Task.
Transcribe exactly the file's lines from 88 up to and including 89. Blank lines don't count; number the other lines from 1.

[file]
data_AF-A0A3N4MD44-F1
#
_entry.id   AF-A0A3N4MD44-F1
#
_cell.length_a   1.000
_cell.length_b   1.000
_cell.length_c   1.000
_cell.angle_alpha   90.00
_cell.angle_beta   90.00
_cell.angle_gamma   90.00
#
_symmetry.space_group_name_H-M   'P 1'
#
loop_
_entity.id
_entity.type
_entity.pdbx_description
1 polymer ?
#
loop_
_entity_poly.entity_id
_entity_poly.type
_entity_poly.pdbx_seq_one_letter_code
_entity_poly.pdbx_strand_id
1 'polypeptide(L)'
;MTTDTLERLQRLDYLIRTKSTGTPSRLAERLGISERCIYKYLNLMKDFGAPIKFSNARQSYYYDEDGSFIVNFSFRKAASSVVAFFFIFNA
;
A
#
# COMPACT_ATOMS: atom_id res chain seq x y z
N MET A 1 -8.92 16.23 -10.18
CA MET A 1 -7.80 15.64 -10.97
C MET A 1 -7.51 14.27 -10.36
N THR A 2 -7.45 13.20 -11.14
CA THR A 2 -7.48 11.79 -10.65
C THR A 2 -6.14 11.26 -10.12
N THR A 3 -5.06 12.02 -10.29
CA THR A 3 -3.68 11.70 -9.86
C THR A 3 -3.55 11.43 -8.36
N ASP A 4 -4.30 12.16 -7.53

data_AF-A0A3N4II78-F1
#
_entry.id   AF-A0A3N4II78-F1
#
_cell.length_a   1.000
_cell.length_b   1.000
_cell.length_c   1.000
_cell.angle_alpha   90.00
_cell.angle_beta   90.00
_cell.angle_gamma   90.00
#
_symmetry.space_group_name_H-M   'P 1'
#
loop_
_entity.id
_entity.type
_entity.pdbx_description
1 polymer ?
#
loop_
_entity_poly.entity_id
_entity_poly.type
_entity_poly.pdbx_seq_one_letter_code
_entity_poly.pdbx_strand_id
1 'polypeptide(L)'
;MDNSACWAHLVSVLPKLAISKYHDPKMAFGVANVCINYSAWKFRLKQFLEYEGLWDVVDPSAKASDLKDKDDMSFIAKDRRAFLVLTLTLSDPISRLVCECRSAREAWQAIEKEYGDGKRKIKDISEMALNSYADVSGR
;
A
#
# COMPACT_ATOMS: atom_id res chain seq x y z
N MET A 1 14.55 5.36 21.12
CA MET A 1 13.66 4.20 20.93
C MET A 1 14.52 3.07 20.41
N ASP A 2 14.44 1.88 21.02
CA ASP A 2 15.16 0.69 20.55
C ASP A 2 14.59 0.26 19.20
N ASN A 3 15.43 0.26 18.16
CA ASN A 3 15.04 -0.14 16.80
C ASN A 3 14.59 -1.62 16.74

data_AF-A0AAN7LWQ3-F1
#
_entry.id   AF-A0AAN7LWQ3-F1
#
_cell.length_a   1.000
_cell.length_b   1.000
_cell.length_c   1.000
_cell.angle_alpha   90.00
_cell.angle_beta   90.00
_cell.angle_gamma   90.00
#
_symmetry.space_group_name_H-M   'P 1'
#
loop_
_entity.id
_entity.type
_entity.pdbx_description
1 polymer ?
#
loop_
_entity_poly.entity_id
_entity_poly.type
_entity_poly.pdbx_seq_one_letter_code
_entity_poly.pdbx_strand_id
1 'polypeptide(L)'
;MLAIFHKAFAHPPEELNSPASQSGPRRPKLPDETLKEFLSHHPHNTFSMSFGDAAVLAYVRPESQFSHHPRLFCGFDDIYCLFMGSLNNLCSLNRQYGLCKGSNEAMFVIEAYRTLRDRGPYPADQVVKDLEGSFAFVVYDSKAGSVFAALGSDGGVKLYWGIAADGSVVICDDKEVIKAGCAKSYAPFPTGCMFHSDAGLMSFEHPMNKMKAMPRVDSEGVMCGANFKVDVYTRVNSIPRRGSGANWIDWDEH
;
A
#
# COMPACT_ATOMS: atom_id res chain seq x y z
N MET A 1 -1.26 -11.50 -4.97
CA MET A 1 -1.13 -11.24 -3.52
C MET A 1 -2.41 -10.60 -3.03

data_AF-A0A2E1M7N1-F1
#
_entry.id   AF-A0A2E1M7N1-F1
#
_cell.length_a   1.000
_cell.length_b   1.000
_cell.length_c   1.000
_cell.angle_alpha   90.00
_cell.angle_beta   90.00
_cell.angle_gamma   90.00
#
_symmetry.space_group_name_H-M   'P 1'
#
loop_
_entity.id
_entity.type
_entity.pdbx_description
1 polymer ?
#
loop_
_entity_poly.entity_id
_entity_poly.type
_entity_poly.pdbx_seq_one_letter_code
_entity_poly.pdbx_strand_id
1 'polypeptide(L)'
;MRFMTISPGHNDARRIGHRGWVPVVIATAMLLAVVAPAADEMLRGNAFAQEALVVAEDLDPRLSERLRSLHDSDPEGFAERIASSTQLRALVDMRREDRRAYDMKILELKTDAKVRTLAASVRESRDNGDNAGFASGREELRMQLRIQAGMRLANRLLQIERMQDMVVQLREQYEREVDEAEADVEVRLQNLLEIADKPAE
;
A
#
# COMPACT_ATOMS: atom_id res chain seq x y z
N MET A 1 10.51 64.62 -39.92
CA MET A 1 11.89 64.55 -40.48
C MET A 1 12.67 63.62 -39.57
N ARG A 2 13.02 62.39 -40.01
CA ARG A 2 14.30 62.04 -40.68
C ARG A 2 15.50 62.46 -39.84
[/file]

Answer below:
_cell.angle_beta   90.00
_cell.angle_gamma   90.00